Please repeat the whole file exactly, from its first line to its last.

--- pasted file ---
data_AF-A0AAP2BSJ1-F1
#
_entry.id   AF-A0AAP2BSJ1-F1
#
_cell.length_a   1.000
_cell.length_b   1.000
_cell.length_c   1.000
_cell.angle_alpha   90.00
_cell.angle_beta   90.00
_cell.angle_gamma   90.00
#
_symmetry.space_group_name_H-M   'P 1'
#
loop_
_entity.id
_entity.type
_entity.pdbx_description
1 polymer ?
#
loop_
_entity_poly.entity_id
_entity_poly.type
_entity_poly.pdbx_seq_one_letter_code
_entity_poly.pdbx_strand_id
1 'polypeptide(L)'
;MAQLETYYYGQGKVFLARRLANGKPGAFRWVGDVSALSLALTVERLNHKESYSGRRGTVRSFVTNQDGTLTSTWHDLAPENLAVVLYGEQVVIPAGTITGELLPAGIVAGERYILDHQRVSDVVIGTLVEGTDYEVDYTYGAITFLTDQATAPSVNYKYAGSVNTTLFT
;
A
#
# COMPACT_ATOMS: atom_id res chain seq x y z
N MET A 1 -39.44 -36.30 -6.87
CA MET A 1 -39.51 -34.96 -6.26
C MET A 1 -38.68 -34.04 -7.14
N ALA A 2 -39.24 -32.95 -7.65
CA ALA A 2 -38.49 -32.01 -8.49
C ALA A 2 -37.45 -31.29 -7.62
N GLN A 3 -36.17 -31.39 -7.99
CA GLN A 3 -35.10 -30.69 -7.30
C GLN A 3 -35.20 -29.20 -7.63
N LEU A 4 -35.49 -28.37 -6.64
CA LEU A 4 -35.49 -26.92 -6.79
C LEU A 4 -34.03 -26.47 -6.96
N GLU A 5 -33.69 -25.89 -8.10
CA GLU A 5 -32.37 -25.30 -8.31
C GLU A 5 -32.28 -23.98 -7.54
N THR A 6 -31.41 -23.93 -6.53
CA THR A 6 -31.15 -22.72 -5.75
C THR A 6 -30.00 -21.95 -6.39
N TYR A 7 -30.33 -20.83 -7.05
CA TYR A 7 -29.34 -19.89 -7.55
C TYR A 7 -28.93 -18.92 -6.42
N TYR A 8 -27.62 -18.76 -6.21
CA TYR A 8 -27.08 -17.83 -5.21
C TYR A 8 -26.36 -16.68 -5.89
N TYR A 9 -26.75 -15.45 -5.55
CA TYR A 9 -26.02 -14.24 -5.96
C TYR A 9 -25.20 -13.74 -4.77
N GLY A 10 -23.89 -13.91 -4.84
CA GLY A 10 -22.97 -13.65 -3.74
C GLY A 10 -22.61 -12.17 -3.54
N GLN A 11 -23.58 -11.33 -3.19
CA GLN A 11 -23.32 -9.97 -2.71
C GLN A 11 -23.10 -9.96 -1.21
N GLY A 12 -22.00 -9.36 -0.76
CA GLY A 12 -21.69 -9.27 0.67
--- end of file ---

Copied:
data_AF-A0AAP2BSJ1-F1
#
_entry.id   AF-A0AAP2BSJ1-F1
#
_cell.length_a   1.000
_cell.length_b   1.000
_cell.length_c   1.000
_cell.angle_alpha   90.00
_cell.angle_beta   90.00
_cell.angle_gamma   90.00
#
_symmetry.space_group_name_H-M   'P 1'
#
loop_
_entity.id
_entity.type
_entity.pdbx_description
1 polymer ?
#
loop_
_entity_poly.entity_id
_entity_poly.type
_entity_poly.pdbx_seq_one_letter_code
_entity_poly.pdbx_strand_id
1 'polypeptide(L)'
;MAQLETYYYGQGKVFLARRLANGKPGAFRWVGDVSALSLALTVERLNHKESYSGRRGTVRSFVTNQDGTLTSTWHDLAPENLAVVLYGEQVVIPAGTITGELLPAGIVAGERYILDHQRVSDVVIGTLVEGTDYEVDYTYGAITFLTDQATAPSVNYKYAGSVNTTLFT
;
A
#
# COMPACT_ATOMS: atom_id res chain seq x y z
N MET A 1 -39.44 -36.30 -6.87
CA MET A 1 -39.51 -34.96 -6.26
C MET A 1 -38.68 -34.04 -7.14
N ALA A 2 -39.24 -32.95 -7.65
CA ALA A 2 -38.49 -32.01 -8.49
C ALA A 2 -37.45 -31.29 -7.62
N GLN A 3 -36.17 -31.39 -7.99
CA GLN A 3 -35.10 -30.69 -7.30
C GLN A 3 -35.20 -29.20 -7.63
N LEU A 4 -35.49 -28.37 -6.64
CA LEU A 4 -35.49 -26.92 -6.79
C LEU A 4 -34.03 -26.47 -6.96
N GLU A 5 -33.69 -25.89 -8.10
CA GLU A 5 -32.37 -25.30 -8.31
C GLU A 5 -32.28 -23.98 -7.54
N THR A 6 -31.41 -23.93 -6.53
CA THR A 6 -31.15 -22.72 -5.75
C THR A 6 -30.00 -21.95 -6.39
N TYR A 7 -30.33 -20.83 -7.05
CA TYR A 7 -29.34 -19.89 -7.55
C TYR A 7 -28.93 -18.92 -6.42
N TYR A 8 -27.62 -18.76 -6.21
CA TYR A 8 -27.08 -17.83 -5.21
C TYR A 8 -26.36 -16.68 -5.89
N TYR A 9 -26.75 -15.45 -5.55
CA TYR A 9 -26.02 -14.24 -5.96
C TYR A 9 -25.20 -13.74 -4.77
N GLY A 10 -23.89 -13.91 -4.84
CA GLY A 10 -22.97 -13.65 -3.74
C GLY A 10 -22.61 -12.17 -3.54
N GLN A 11 -23.58 -11.33 -3.19
CA GLN A 11 -23.32 -9.97 -2.71
C GLN A 11 -23.10 -9.96 -1.21
N GLY A 12 -22.00 -9.36 -0.76
CA GLY A 12 -21.69 -9.27 0.67